Displaying eye images or a social norms message in the hospital environment did not result in measurable improvements in HH adherence in a cohort of healthcare providers participating in an electronic monitoring and feedback program.
Factors associated with relapse among children who are discharged after reaching a threshold denoted ‘recovered’ from moderate acute malnutrition (MAM) are not well understood. The aim of this study was to identify factors associated with sustained recovery, defined as maintaining a mid-upper-arm circumference≥12·5 cm for 1 year after release from treatment. On the basis of an observational study design, we analysed data from an in-depth household (HH) survey on a sub-sample of participants within a larger cluster randomised controlled trial (cRCT) that followed up children for 1 year after recovery from MAM. Out of 1497 children participating in the cRCT, a subset of 315 children participated in this sub-study. Accounting for other factors, HH with fitted lids on water storage containers (P=0·004) was a significant predictor of sustained recovery. In addition, sustained recovery was better among children whose caregivers were observed to have clean hands (P=0·053) and in HH using an improved sanitation facility (P=0·083). By contrast, socio-economic status and infant and young child feeding practices at the time of discharge and HH food security throughout the follow-up period were not significant. Given these results, we hypothesise that improved water, sanitation and hygiene conditions in tandem with management of MAM through supplemental feeding programmes have the possibility to decrease relapse following recovery from MAM. Furthermore, the absence of associations between relapse and nearly all HH-level factors indicates that the causal factors of relapse may be related mostly to the child’s individual, underlying health and nutrition status.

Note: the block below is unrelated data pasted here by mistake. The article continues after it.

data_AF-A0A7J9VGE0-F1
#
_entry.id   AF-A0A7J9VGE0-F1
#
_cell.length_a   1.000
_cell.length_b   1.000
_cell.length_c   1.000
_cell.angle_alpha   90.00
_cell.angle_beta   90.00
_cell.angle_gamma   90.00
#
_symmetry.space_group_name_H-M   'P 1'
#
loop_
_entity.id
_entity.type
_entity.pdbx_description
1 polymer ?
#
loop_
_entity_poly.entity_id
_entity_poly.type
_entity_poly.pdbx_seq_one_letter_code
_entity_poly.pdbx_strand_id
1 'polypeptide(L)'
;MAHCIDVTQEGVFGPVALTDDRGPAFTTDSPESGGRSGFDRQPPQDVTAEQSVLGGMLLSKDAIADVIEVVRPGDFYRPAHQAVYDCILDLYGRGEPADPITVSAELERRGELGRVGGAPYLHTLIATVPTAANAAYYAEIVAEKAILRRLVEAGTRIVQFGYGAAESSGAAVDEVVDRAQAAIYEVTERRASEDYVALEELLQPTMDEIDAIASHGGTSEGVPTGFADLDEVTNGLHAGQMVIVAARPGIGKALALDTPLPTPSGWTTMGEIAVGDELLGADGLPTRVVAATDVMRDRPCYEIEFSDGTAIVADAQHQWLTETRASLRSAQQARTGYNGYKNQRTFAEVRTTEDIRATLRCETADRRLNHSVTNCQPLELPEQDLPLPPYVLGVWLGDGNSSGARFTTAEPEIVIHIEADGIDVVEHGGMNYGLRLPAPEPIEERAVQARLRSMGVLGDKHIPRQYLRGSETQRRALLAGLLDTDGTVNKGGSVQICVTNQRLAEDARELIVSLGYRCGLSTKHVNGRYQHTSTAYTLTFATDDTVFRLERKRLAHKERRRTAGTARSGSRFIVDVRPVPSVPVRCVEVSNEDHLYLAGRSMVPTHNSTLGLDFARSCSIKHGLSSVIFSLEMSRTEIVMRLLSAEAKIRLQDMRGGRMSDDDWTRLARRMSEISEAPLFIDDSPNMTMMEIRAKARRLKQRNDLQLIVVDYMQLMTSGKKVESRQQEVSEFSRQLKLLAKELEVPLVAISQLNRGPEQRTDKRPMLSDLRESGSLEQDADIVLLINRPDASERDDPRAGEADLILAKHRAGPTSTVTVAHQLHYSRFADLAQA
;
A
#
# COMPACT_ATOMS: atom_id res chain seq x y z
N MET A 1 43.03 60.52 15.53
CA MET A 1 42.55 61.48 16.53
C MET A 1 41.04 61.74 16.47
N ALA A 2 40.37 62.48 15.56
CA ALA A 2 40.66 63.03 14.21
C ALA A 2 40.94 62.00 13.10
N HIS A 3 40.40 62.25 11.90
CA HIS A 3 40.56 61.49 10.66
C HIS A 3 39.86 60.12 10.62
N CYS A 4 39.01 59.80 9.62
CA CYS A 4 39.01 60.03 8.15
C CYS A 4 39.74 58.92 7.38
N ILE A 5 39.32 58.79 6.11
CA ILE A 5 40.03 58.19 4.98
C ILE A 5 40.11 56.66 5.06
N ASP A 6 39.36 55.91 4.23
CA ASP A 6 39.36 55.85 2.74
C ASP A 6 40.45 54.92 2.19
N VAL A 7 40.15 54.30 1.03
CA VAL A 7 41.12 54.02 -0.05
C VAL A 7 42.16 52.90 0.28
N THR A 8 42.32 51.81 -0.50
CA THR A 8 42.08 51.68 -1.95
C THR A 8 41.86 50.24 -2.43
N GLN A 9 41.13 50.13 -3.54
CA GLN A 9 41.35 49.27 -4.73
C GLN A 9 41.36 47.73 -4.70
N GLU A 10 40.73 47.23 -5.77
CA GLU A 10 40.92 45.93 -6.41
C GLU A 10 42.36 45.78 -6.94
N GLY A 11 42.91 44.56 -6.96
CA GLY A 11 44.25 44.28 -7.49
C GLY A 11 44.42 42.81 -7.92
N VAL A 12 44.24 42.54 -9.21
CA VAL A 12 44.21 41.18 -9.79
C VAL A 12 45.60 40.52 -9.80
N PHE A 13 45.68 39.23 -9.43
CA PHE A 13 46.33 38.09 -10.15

Neuroimaging studies have indicated that prenatal alcohol exposure is associated with alterations in the structure of specific brain regions in children. However, the temporal and regional specificity of such changes and their behavioural consequences are less known. Here we explore the integrity of regional white matter microstructure in infants with in utero exposure to alcohol, shortly after birth.
Twenty-eight alcohol-exposed and 28 healthy unexposed infants were imaged using diffusion tensor imaging sequences to evaluate white matter integrity using validated tract-based spatial statistics analysis methods. Second, diffusion values were extracted for group comparisons by regions of interest. Differences in fractional anisotropy (FA), mean diffusivity (MD), axial diffusivity (AD) and radial diffusivity were compared between groups and associations with measures from the Dubowitz neonatal neurobehavioural assessment were examined.